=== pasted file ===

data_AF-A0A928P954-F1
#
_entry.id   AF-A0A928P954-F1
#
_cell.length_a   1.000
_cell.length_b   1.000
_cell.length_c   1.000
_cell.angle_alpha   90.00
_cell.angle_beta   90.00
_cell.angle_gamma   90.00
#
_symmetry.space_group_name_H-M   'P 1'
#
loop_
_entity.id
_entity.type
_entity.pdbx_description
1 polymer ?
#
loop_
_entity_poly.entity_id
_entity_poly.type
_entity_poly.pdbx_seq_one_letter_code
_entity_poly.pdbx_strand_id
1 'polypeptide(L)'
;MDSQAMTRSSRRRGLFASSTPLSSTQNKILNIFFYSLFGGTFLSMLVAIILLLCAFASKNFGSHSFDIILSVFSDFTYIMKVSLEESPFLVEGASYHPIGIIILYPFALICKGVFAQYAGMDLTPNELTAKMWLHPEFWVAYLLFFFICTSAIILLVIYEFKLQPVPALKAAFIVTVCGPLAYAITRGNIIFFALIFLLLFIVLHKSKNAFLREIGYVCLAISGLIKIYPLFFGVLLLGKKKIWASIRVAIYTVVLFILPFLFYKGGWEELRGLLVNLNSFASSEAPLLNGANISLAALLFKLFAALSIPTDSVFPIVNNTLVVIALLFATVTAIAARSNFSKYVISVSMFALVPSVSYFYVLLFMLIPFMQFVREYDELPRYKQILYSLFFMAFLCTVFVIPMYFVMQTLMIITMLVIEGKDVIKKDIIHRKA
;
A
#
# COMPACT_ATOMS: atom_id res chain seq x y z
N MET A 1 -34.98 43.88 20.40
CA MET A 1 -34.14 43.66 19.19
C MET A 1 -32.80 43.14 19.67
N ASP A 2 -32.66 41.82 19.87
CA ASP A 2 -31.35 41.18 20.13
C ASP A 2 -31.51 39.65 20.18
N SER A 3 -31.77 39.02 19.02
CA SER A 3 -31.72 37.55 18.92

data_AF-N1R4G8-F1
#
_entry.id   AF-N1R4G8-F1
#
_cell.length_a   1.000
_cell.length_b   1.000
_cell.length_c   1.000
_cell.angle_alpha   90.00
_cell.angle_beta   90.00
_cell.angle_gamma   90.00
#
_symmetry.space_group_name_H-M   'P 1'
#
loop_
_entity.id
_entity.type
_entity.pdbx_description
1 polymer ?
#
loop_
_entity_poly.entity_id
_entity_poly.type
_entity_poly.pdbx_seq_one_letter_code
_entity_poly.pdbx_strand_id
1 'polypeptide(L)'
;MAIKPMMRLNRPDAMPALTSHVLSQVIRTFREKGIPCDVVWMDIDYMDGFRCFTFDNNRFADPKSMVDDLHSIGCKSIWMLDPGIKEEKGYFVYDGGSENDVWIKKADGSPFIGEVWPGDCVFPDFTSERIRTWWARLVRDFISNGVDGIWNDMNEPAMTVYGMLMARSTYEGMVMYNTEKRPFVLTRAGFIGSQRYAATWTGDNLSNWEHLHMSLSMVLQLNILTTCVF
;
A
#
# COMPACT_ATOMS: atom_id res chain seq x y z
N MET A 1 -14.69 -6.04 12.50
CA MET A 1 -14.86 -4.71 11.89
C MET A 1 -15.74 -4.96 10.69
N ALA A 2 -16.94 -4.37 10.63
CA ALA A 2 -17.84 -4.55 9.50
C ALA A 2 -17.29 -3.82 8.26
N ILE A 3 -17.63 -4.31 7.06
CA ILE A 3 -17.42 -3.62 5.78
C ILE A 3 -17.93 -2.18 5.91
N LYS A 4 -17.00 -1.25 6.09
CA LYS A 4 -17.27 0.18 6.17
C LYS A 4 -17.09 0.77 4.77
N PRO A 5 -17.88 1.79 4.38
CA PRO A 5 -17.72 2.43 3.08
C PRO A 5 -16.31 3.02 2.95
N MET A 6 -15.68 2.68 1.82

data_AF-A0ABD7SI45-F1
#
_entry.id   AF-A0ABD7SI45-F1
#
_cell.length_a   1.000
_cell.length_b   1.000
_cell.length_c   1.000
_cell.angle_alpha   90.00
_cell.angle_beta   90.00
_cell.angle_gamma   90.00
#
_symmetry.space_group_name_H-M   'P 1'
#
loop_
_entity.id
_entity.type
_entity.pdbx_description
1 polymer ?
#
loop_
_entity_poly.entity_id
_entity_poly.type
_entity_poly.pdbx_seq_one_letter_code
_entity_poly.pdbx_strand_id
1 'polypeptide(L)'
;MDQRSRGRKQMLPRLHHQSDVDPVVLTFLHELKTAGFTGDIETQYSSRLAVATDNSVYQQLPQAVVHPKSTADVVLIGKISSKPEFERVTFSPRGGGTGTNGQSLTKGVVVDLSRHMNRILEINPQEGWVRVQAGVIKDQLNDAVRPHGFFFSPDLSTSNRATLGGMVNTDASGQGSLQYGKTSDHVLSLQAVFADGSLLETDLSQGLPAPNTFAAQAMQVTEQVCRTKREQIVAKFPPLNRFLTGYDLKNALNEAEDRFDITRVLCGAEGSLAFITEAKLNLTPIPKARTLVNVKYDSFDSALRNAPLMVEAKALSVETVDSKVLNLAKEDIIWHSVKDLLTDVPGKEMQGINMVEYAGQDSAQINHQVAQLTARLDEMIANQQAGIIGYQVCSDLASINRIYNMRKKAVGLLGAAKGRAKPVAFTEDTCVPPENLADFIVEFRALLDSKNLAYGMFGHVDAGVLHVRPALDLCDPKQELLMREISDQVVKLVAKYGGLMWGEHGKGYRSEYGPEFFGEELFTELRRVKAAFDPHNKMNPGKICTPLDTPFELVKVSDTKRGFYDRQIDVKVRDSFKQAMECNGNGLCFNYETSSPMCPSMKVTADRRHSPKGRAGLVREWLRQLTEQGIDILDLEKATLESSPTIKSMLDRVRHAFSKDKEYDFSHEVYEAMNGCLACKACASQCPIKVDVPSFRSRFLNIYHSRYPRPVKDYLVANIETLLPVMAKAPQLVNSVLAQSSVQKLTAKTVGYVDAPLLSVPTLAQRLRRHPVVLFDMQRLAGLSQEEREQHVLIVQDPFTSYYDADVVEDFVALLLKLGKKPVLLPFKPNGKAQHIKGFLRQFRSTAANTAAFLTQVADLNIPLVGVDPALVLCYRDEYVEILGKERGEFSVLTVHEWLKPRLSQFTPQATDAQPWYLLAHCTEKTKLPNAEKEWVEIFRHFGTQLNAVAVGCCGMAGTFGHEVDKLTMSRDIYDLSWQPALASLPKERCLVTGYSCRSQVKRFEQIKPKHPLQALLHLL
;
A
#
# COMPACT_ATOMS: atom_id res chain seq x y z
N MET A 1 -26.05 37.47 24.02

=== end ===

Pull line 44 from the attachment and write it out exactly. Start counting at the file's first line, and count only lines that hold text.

_cell.length_b   1.000